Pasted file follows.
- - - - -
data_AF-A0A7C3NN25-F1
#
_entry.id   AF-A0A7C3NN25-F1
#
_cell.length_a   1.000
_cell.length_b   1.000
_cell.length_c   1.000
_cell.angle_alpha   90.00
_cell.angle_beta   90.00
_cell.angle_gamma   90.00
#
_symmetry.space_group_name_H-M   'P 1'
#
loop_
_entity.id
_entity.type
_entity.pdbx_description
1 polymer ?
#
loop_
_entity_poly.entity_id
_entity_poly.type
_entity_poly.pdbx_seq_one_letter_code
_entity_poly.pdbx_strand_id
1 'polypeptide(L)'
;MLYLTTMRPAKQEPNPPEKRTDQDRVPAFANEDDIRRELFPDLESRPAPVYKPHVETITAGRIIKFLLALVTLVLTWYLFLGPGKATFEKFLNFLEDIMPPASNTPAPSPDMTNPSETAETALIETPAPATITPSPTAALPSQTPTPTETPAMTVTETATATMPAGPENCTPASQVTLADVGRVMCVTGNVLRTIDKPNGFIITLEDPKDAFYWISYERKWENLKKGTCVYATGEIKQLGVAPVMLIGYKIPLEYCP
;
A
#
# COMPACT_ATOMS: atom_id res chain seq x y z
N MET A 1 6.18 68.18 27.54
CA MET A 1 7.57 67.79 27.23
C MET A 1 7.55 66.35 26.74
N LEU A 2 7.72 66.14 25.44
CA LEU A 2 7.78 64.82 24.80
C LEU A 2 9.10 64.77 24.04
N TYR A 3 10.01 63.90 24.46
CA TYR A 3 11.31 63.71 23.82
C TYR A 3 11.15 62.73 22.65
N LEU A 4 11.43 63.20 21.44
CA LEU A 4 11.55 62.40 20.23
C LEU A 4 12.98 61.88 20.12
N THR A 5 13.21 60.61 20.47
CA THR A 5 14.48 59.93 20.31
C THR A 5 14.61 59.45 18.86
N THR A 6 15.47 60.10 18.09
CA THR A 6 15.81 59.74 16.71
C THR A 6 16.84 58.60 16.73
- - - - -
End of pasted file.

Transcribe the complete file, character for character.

data_AF-A0A7C3NN25-F1
#
_entry.id   AF-A0A7C3NN25-F1
#
_cell.length_a   1.000
_cell.length_b   1.000
_cell.length_c   1.000
_cell.angle_alpha   90.00
_cell.angle_beta   90.00
_cell.angle_gamma   90.00
#
_symmetry.space_group_name_H-M   'P 1'
#
loop_
_entity.id
_entity.type
_entity.pdbx_description
1 polymer ?
#
loop_
_entity_poly.entity_id
_entity_poly.type
_entity_poly.pdbx_seq_one_letter_code
_entity_poly.pdbx_strand_id
1 'polypeptide(L)'
;MLYLTTMRPAKQEPNPPEKRTDQDRVPAFANEDDIRRELFPDLESRPAPVYKPHVETITAGRIIKFLLALVTLVLTWYLFLGPGKATFEKFLNFLEDIMPPASNTPAPSPDMTNPSETAETALIETPAPATITPSPTAALPSQTPTPTETPAMTVTETATATMPAGPENCTPASQVTLADVGRVMCVTGNVLRTIDKPNGFIITLEDPKDAFYWISYERKWENLKKGTCVYATGEIKQLGVAPVMLIGYKIPLEYCP
;
A
#
# COMPACT_ATOMS: atom_id res chain seq x y z
N MET A 1 6.18 68.18 27.54
CA MET A 1 7.57 67.79 27.23
C MET A 1 7.55 66.35 26.74
N LEU A 2 7.72 66.14 25.44
CA LEU A 2 7.78 64.82 24.80
C LEU A 2 9.10 64.77 24.04
N TYR A 3 10.01 63.90 24.46
CA TYR A 3 11.31 63.71 23.82
C TYR A 3 11.15 62.73 22.65
N LEU A 4 11.43 63.20 21.44
CA LEU A 4 11.55 62.40 20.23
C LEU A 4 12.98 61.88 20.12
N THR A 5 13.21 60.61 20.47
CA THR A 5 14.48 59.93 20.31
C THR A 5 14.61 59.45 18.86
N THR A 6 15.47 60.10 18.09
CA THR A 6 15.81 59.74 16.71
C THR A 6 16.84 58.60 16.73